The Giant: Gaining Weight in China; Losing Weight in China

Eating in China
All images courtesy of Michael Bush

The Giant:
Gaining Weight in China; Losing Weight in China

| published October 17, 2015 |

By Michael Bush, Thursday Review writer


My whole life I have never felt tall. I’ve always considered myself average height; neither short, nor a giant. It’s not hard to understand that when you see me side by side with my two brothers. At an even 6 feet tall (not 5’11” like my younger brother Josh would have you believe), I still have to look up at my older and younger brothers. Josh is somewhere around 6’3”, I’m guessing, and my older brother is in the ballpark of 45 to 50 feet tall at best estimate.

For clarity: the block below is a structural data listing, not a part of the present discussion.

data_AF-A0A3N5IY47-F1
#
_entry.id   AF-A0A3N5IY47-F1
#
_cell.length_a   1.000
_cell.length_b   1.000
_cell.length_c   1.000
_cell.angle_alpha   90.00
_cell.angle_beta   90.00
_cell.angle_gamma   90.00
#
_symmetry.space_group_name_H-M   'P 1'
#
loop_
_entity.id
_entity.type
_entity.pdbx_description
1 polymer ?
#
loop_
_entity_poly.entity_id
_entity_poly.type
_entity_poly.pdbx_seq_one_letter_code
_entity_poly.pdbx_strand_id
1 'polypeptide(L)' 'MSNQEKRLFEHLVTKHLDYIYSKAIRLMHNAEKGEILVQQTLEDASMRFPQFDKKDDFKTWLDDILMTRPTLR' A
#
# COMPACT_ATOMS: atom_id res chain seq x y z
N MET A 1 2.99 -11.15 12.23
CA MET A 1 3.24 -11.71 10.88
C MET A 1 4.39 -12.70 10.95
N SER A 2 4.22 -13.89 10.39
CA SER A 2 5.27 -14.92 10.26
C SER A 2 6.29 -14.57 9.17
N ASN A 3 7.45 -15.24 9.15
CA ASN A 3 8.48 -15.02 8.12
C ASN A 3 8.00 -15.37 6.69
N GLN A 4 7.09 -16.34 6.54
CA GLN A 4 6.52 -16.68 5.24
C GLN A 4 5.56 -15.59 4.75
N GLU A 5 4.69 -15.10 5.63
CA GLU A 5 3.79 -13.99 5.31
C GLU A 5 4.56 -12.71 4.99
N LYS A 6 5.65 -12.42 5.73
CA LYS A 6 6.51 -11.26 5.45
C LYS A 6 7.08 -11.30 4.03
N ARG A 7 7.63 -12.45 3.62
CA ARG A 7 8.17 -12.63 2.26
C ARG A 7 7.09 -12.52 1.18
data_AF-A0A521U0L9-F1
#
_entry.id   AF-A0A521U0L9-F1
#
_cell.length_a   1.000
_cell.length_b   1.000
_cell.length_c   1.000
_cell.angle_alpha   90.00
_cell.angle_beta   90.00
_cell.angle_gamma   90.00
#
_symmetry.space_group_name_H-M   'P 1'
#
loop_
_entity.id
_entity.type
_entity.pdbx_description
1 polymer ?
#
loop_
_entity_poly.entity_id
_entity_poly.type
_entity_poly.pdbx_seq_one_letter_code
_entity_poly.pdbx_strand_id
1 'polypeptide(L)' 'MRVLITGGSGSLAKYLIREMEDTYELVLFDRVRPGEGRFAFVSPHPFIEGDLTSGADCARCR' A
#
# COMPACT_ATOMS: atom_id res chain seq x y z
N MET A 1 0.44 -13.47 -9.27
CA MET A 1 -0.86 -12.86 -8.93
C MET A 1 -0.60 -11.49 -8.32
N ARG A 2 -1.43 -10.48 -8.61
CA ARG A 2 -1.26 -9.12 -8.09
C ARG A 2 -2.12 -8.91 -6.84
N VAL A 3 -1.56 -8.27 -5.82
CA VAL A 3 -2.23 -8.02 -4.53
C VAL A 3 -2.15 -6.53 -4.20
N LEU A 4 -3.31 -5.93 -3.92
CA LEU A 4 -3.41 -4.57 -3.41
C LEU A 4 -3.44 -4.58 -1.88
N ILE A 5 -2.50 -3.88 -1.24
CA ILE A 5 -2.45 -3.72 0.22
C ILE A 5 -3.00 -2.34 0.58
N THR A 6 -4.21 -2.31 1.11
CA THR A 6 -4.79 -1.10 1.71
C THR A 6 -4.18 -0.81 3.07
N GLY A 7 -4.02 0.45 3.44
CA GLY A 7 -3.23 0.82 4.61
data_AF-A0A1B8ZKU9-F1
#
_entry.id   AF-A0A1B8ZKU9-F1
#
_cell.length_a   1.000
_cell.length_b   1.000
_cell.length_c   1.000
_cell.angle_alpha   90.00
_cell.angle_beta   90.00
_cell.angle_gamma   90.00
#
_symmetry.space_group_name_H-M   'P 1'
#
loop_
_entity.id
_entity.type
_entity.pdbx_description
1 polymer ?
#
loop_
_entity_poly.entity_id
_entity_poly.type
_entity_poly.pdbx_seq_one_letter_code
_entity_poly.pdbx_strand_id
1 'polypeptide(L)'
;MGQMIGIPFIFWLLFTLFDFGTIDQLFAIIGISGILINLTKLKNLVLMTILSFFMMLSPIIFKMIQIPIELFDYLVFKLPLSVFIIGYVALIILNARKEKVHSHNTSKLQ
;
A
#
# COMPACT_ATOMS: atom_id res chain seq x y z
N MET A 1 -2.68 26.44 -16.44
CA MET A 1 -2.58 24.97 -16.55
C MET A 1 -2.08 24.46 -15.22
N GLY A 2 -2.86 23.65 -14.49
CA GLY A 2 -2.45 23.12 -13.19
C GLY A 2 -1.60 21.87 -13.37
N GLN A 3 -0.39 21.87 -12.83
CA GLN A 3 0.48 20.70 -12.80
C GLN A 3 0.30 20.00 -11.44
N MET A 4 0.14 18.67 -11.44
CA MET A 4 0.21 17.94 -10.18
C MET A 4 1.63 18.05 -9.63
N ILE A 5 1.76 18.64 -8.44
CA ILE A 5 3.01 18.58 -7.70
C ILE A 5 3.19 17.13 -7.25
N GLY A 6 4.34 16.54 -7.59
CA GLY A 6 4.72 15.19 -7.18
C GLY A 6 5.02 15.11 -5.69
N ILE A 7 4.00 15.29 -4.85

I have always, however, felt like a big fat yeast roll. Sure, being fat helped me develop my awesome sense of humor, which helped me make friends, which helped me start a band, which helped me attract my future wife…so you could say that being fat made me the luckiest man in the world.

Be that as it may, and beyond those side benefits, being fat sucks for the most part. You can’t easily take the stairs, you can’t find clothes that fit your body well, you can’t eat without feeling like someone, or everyone, is watching and judging the hell out of you… it’s a nightmare.

Not that I tried really hard to change, mind you. Sure, there was one year where I changed my diet, worked out several times a week, and drank copious amounts of water. I got down to around 200 lbs, and that is the lightest I’ve ever been as an adult.